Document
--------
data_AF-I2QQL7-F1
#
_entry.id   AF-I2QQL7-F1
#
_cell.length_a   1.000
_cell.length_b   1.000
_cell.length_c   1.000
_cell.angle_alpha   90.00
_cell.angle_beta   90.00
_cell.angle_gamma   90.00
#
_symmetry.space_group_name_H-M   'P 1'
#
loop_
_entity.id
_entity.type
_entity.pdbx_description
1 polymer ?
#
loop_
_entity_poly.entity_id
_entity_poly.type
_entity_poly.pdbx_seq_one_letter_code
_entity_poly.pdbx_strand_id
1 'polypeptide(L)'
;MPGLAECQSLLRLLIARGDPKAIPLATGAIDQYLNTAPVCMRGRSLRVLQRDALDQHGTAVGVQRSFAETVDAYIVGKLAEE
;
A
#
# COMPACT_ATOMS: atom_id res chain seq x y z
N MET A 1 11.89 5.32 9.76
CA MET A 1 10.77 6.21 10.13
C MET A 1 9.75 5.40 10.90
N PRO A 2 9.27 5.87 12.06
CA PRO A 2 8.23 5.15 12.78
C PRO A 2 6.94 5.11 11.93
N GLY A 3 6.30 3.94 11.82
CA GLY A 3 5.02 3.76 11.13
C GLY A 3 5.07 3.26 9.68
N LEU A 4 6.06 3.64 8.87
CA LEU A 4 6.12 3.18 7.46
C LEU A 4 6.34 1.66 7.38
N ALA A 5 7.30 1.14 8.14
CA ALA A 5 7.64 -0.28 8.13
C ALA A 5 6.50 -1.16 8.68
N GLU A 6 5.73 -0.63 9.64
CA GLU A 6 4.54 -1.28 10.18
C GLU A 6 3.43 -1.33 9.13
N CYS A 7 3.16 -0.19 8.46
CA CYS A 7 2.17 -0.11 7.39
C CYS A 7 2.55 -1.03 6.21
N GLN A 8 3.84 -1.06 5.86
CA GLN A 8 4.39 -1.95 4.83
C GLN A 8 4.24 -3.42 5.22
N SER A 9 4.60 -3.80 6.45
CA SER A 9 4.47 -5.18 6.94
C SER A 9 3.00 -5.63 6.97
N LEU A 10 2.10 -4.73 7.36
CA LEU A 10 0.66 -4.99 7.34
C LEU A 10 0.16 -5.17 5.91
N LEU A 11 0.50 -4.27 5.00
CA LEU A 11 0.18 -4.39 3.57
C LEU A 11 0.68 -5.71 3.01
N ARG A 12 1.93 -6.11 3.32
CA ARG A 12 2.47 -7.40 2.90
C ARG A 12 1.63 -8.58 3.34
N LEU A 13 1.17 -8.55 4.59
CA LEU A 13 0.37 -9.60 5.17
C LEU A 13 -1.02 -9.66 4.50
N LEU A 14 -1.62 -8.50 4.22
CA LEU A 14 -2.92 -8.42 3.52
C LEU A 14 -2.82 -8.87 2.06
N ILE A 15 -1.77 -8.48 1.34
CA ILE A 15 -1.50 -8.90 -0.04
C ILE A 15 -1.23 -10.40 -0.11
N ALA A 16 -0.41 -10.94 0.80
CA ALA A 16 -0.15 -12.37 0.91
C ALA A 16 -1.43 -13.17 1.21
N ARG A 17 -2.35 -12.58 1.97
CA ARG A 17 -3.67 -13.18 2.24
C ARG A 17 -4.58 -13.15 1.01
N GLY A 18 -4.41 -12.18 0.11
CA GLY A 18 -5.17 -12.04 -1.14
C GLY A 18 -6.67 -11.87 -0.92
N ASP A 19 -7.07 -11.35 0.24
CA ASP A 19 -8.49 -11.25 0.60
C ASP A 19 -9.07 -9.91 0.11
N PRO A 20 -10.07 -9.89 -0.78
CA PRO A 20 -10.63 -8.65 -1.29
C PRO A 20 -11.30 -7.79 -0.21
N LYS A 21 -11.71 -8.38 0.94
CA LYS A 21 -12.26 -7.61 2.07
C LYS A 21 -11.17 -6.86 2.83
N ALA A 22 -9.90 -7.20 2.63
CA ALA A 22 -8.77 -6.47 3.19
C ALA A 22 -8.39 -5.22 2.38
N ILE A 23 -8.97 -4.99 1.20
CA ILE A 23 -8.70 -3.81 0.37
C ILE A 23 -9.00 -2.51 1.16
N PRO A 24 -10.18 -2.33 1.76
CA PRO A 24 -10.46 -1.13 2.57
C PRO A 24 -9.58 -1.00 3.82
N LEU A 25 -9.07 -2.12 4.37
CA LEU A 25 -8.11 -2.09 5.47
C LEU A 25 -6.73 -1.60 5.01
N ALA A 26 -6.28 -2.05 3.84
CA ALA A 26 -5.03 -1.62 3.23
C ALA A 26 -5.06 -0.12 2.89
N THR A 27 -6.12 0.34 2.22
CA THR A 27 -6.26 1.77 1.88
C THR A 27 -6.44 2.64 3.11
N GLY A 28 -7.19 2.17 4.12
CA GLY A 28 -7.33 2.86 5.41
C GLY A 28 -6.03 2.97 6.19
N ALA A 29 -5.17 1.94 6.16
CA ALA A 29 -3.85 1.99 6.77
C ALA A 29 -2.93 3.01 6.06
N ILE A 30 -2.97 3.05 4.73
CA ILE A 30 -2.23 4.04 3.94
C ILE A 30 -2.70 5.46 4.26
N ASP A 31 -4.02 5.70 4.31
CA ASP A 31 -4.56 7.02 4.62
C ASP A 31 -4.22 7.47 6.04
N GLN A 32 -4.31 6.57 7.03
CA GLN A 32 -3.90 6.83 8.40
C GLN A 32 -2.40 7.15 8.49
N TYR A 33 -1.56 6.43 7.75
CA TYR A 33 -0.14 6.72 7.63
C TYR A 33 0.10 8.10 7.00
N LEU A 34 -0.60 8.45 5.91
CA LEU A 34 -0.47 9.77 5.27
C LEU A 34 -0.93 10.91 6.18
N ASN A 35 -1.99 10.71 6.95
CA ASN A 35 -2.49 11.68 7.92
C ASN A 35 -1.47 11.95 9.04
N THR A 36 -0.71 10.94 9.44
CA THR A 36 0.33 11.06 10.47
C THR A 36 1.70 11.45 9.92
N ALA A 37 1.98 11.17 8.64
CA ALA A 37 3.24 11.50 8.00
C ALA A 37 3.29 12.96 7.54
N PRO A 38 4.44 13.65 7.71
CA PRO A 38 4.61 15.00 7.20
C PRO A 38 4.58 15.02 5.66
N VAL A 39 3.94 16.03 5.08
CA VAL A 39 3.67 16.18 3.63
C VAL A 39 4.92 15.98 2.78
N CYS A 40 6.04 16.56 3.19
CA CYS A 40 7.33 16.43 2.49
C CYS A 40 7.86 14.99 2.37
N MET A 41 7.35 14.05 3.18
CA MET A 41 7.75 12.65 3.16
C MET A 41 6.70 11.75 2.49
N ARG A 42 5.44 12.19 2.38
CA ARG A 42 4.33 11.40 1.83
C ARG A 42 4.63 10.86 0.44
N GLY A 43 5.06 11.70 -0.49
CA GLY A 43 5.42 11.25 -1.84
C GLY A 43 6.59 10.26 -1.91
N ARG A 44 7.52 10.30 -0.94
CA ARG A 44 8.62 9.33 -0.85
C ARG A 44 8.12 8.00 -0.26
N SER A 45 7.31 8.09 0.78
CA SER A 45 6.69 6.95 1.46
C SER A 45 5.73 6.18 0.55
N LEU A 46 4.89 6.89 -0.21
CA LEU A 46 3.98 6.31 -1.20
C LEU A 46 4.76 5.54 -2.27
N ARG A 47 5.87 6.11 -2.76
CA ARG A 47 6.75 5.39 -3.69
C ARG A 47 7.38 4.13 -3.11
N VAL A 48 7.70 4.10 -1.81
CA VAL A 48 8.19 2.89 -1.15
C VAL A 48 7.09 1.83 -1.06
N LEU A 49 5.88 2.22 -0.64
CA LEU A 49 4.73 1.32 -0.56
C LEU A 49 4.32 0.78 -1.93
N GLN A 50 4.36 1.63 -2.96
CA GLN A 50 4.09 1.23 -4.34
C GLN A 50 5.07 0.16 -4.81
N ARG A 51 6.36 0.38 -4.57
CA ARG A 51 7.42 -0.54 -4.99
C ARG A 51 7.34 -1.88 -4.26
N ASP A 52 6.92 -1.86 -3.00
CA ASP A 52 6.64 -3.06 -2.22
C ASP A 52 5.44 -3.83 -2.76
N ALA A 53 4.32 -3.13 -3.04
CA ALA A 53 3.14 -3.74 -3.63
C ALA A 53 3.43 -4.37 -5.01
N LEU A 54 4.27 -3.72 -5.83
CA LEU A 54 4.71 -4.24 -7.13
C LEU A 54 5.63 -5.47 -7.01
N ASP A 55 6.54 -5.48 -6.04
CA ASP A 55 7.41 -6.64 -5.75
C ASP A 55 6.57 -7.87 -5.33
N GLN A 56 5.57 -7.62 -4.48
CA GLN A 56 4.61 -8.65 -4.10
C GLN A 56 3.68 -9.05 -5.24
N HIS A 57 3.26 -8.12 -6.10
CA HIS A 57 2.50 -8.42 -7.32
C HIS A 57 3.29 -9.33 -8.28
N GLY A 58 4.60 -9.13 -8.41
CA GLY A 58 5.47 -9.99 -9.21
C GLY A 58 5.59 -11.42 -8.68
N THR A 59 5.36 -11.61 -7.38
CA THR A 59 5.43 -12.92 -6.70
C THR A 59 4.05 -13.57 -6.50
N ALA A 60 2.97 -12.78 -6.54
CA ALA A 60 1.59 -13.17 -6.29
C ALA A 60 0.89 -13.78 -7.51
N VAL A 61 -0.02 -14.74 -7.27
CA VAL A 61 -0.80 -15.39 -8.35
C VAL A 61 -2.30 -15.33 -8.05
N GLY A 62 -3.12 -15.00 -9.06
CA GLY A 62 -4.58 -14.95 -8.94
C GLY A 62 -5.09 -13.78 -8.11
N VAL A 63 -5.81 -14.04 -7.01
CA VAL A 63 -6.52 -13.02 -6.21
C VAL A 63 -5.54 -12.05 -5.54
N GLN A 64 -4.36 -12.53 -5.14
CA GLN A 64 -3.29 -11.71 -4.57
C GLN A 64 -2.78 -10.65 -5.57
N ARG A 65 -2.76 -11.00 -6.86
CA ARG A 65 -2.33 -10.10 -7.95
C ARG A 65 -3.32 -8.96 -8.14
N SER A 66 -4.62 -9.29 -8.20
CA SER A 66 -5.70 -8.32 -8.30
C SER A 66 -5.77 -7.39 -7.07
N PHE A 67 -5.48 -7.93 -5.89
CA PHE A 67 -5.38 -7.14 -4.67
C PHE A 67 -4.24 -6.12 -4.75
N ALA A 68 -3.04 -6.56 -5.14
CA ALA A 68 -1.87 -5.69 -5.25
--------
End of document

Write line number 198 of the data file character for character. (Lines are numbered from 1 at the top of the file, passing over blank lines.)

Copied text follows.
C GLN A 56 3.68 -9.05 -5.24